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It’s inevitable that a lot is going to change whilst you’re away. People are going to get into relationships, maybe even get carried. Some people might get pregnant whilst you’re gone. People might move away themselves, jobs are going to change and very little will stay the same. It’s important to prepare yourself for these things whilst you’re gone, because it can be very lonely to return to a place that feels the same but nothing is in the place that you left it.

11. Are you ready to change forever?

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Because whether you like it or not, you’re going to…

What other questions do you think people should ask themselves before moving abroad? I’d love to hear in the comments below!

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3 responses to 11 Important Questions To Ask Yourself Before Moving Abroad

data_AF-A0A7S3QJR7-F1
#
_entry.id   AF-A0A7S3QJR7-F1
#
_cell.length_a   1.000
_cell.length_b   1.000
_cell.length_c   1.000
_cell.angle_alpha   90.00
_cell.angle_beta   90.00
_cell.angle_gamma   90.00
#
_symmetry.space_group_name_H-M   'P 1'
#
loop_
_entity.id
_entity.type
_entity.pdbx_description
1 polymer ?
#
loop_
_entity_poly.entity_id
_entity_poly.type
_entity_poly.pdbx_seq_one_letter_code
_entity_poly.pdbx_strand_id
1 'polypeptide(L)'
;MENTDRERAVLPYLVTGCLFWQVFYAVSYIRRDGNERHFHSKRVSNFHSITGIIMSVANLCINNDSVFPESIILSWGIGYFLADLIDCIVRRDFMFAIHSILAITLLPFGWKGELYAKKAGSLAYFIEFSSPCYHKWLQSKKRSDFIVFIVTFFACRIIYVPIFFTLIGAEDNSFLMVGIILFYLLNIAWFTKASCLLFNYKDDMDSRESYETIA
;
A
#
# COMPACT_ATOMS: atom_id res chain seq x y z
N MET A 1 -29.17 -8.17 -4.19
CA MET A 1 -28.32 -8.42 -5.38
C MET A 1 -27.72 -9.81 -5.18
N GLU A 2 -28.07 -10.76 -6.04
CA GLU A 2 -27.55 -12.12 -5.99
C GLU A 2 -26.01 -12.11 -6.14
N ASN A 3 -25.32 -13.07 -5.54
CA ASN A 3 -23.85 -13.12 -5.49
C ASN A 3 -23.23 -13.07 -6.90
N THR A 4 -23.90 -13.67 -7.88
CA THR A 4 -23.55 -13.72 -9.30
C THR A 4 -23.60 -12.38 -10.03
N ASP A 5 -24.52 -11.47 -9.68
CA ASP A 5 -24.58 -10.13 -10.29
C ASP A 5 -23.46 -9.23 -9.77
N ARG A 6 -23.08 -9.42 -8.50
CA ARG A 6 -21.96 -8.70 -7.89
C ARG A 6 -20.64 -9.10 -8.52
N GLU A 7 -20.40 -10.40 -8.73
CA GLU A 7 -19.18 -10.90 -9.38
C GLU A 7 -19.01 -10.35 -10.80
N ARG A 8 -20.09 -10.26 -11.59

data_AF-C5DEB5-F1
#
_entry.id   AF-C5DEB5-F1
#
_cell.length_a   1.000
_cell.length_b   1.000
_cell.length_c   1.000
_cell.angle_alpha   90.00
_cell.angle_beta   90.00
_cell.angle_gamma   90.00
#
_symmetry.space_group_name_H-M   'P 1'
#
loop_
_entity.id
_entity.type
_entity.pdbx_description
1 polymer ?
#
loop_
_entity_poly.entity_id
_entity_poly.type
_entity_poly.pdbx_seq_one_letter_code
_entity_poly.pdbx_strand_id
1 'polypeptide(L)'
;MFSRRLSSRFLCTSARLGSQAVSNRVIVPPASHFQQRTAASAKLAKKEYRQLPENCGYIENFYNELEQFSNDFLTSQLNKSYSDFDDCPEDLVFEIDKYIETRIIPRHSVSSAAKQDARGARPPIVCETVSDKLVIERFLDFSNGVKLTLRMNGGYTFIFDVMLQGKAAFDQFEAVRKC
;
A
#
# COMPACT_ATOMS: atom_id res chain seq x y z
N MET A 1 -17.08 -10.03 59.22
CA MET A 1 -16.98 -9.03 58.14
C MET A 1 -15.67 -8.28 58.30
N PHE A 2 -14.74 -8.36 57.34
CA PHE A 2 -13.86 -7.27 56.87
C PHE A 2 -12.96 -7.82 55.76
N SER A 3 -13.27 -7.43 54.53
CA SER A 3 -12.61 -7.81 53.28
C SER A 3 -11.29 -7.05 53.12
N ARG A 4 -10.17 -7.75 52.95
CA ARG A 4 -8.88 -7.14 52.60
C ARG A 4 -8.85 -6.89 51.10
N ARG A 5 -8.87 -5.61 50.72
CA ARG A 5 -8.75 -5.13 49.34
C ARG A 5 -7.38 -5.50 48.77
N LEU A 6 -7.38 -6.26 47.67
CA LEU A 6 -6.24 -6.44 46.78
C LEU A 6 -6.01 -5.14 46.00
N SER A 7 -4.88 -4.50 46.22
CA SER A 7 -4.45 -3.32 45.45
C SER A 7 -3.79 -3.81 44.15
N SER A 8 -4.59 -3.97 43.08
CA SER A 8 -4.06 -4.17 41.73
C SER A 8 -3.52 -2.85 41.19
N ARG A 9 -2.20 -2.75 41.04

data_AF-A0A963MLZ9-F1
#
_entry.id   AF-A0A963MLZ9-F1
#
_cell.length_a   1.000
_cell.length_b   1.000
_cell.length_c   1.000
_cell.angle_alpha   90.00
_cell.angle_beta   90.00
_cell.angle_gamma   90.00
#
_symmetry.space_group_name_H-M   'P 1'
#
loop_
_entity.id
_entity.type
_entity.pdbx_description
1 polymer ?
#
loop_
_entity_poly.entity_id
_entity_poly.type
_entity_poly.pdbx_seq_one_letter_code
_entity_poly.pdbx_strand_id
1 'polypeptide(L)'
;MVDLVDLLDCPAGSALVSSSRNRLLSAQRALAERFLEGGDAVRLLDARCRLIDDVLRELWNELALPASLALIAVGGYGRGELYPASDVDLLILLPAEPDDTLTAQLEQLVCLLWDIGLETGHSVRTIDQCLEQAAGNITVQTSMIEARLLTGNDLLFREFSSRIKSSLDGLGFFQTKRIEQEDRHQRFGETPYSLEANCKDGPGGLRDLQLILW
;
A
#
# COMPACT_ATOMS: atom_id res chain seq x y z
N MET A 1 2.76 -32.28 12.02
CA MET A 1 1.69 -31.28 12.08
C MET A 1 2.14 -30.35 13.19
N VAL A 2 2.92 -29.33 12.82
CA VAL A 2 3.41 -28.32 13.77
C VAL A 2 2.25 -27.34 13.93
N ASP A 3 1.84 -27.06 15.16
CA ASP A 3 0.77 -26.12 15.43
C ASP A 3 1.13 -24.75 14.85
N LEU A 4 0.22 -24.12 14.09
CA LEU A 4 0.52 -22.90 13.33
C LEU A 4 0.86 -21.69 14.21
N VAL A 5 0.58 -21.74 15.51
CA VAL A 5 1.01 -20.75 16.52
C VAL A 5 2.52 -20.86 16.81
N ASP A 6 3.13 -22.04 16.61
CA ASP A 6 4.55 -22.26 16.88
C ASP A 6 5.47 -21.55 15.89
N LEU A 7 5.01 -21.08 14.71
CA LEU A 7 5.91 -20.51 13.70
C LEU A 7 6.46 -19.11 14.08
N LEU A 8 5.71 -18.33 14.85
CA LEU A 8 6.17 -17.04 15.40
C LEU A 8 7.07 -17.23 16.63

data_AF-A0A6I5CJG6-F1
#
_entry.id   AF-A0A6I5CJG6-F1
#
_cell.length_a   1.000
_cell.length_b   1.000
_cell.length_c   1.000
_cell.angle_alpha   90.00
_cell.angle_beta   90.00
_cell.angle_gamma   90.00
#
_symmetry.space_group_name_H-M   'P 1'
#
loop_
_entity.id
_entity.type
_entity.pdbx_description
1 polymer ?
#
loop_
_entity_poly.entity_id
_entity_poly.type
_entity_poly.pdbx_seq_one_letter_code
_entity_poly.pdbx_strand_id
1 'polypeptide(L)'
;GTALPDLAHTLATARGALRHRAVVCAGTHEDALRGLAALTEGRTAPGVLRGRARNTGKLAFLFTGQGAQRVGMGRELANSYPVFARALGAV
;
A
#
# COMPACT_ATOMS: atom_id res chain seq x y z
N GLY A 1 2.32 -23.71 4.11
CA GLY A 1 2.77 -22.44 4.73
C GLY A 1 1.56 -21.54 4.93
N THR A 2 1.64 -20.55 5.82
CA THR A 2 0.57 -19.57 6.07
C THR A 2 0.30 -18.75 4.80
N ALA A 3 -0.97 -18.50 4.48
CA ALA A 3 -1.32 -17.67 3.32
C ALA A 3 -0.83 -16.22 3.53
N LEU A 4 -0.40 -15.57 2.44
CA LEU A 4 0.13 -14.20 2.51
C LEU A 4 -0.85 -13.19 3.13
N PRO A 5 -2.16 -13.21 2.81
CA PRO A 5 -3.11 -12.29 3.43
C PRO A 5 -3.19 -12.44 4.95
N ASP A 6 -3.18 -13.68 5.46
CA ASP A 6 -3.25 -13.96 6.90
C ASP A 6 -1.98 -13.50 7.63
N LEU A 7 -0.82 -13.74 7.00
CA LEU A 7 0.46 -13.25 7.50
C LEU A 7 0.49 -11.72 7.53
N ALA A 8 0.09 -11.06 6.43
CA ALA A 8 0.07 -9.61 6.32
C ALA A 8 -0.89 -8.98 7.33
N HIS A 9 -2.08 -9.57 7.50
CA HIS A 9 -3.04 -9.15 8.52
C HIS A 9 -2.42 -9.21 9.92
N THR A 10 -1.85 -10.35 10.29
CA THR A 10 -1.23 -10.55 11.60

1. lucciagray says:

    A friend of mine is moving with her family from Spain to the US and right now she’s tying things up before leaving. So I’d add: What do you need to do before you leave? Emotional things like saying goodbye to friends and family or practical matters like finding a place to leave your stuff! Great post 🙂

    Like

  2. So true – great tips! I’ve lived overseas on my own for about 5 years altogether now, and every country is so different and requires different preparation. My time living in Bangkok was so different to Canada or Guatemala. Probably the hardest place I’ve lived has been Guatemala City – because it is a very dangerous city, people drive everywhere and don’t just hang out much so it is really hard to make friends. Coping with being lonely and isolated is hard when you are far from home!

    Like